News Bits

by Luke Muehlhauser on November 27, 2011 in News

I made a dedicated discussion page for Facing the Intelligence Explosion.

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{ 10 comments… read them below or add one }

Zeb November 27, 2011 at 8:31 pm

Will the FtS posts be cross posted here? I would appreciate that, but subscribing to two more sites is not too much trouble either.

I suspect hosting the discussion on LW will shake off some participants who simply may not want to have to go off site to comment, and some who will not appreciate the welcome their comments may receive there. Personally I will be less likely to comment than if the site had its own comments or if the posts were also posted here. I would suggest adding the discussion link to the bottom banner because few will find it on the about page, unless you don’t really want the general readers to try to discuss but rather just want feedback from other LWers.

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Luke Muehlhauser November 28, 2011 at 12:34 am

FtS posts will not be cross-posted.

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Alexander Kruel November 28, 2011 at 1:53 am

They *start off* by biting into fluorescent light bulbs and it just gets more nuts from there.

I hope those were fake.

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Howard December 1, 2011 at 7:26 pm

“Personal trainer starts eating like an American, gains 70 pounds. Will return to sane diet and lose it all.”

Maybe. We’ll see.

The main cause of excess weight gain is mitochondrial damage caused by trans-fat, gluten, gliadin, lectins, and fructose. The half-life of the repair process is on the order of a decade, during which time you can’t lose weight (or even maintain HWP) without conscious and continuous dietary restriction.

So, we’ll wait and see. I’m willing to predict that losing 70 lbs is going to be a bit tougher than he anticipates. And I’m predicting that he will have a continuing weight problem for several decades.

I’ve been there, done that. Only I got to about 150 lbs overweight. I’ve lost about 100 of that, but the last 50 is a bitch.

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joseph December 8, 2011 at 7:06 pm

@Howard
Do you have more information on this? I thought Mitochrondrial reproduce either with the cell or in response to higher energy demand, I’ve also seen some information saying that mitochrondrial fusion as a repair mechanism and that dysfunctional mitochrondria can be removed by lysosomes. Do mitochrondria lack self repair mechanisms, has this job been taken on by the host cell?
Also I thought fructose was part of the krebs cycle, do you mean an excessively high amount?
Thanks for your time.

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joseph December 8, 2011 at 7:32 pm

Hang on,
Got the fructose bit wrong on 2 counts:
1/Meant glucolysis, not the krebs.
2/ the fructose from glucose has the phosphate group attached to a different carbon than the phosphorylated fructose from fructose

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Howard December 9, 2011 at 5:18 pm

@Howard Do you have more information on this? I thought Mitochrondrial reproduce either with the cell or in response to higher energy demand, I’ve also seen some information saying that mitochrondrial fusion as a repair mechanism and that dysfunctional mitochrondria can be removed by lysosomes.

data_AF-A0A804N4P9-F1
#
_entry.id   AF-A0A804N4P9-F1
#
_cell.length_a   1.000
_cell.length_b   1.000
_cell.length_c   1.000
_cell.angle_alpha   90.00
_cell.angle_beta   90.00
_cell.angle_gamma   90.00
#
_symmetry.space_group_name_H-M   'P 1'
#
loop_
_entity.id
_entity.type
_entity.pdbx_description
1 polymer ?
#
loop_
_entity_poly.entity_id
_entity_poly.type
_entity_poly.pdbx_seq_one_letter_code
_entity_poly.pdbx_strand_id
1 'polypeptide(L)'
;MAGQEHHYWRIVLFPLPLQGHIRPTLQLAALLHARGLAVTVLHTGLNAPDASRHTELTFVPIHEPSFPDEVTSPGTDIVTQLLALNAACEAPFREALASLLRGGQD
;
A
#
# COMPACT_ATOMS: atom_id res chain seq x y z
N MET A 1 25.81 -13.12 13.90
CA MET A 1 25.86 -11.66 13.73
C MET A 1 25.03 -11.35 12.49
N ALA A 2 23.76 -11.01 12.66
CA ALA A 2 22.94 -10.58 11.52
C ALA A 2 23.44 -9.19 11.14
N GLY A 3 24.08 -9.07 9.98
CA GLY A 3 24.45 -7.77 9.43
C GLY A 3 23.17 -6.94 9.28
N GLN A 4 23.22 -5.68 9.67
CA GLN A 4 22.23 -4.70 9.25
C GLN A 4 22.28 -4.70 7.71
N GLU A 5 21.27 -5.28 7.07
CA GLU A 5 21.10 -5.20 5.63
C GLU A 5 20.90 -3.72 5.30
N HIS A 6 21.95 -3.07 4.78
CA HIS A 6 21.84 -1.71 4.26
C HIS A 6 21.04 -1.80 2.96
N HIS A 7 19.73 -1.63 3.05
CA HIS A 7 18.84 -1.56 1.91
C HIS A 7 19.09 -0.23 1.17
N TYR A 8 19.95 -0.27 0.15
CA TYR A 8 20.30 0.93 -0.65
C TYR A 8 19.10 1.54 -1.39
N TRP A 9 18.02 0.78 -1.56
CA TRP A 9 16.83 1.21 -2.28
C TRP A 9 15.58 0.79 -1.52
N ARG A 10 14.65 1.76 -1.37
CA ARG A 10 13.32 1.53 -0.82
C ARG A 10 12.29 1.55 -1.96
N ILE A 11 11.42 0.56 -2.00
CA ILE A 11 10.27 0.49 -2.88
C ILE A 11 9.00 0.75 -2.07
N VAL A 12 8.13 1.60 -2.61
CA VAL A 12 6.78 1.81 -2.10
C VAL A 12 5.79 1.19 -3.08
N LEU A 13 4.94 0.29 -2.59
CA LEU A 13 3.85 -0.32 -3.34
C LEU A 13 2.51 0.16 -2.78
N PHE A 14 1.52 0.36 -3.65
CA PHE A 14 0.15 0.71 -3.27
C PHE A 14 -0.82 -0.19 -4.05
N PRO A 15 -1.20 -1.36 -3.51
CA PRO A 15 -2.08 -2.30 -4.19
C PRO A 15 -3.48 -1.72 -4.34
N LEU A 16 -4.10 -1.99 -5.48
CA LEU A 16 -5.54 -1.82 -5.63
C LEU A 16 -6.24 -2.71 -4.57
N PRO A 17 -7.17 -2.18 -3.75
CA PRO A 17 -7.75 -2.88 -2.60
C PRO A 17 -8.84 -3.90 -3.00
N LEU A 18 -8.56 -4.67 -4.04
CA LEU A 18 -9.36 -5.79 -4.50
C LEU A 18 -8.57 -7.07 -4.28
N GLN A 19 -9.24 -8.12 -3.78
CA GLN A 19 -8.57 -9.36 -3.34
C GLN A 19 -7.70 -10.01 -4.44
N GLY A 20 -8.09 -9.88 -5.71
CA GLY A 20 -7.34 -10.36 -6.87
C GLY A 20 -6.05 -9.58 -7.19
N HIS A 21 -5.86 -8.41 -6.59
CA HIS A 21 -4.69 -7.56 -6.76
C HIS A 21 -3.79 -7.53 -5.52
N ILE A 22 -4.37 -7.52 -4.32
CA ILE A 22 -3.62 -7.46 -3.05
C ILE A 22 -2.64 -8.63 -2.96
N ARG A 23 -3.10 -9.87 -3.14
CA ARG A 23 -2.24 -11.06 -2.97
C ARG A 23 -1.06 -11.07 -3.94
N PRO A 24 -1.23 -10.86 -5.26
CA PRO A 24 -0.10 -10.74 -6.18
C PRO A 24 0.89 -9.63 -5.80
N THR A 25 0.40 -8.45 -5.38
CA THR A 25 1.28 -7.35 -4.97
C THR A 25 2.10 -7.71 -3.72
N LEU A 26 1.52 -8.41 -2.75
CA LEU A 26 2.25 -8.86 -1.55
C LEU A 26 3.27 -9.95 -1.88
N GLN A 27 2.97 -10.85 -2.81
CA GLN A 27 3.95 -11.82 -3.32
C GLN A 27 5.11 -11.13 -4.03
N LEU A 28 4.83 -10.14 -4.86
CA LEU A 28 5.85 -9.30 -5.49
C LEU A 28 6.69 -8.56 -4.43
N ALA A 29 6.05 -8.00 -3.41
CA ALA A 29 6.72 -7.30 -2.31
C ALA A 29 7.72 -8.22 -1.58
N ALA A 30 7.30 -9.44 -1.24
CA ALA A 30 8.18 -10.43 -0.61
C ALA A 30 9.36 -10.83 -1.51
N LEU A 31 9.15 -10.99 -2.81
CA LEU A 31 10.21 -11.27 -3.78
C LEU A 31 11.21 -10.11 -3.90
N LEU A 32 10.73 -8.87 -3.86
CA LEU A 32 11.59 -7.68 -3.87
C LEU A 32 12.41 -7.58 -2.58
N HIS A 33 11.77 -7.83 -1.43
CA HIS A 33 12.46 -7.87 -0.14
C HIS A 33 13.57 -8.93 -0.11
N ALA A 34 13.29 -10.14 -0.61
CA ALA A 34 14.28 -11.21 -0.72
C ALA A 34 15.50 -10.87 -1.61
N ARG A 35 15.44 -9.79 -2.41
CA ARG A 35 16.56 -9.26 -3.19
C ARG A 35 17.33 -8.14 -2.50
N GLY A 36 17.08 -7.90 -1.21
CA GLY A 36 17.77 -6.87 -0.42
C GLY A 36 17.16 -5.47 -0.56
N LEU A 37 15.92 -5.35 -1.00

Mitochondria can be replaced, and new mitochondria are built with the addition of lean muscle tissue. The damage done by trans-fat, however, is subtle, and does not render the mitochondria completely useless, just impairs the ability to process lipids. Weight training is fabulous for getting new mitochondria — and dramatically improves the body’s response to a low-carb diet (as Ornish ‘proved’, exercise will offset some, but not all, of the damage done by his obscenely unhealthy almost-zero-fat diet). Unfortunately, as you age, the ability to add new muscle decreases, and eventually stops, and the best you can do at that point is to avoid losing what you already have. So, the ‘half-life’ of the repair process increases with age.

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joseph December 10, 2011 at 1:50 am

Interesting,
I found this, in support:
http://www.ncbi.nlm.nih.gov/m/pubmed/6737083/

But I also found some papers indicating mitochondrial oxidative capacity is unchanged in skeletal muscle.
What I’m wondering is why would the mitochondria be damaged for a period of about 7 years, I’d guess that would make the half life of whatever causes the damage, or is damaged, about 1.4 years (if you say 5 half lives is a cut of point), so I’m wondering what that is? Of course my reasoning could be faulty, and I’m equally willing to be corrected if so. Thankyou.

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joseph December 10, 2011 at 1:53 am

Oh Gods! Sorry, no, we said half life of 10 years! Ok, same question, bigger numbers!

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Howard December 10, 2011 at 4:09 am

I had read somewhere it was “on the order of” a decade, but don’t remember where. May have been in the comments on the HyperLipid blog. Here’s one of Petro Dobromylskyj’s posts: http://high-fat-nutrition.blogspot.com/2011/11/metabolic-flexibility-and-identical.html — Petro (Peter) is a fairly tough read, but worth the effort. I’ve been following his blog for about a year now.

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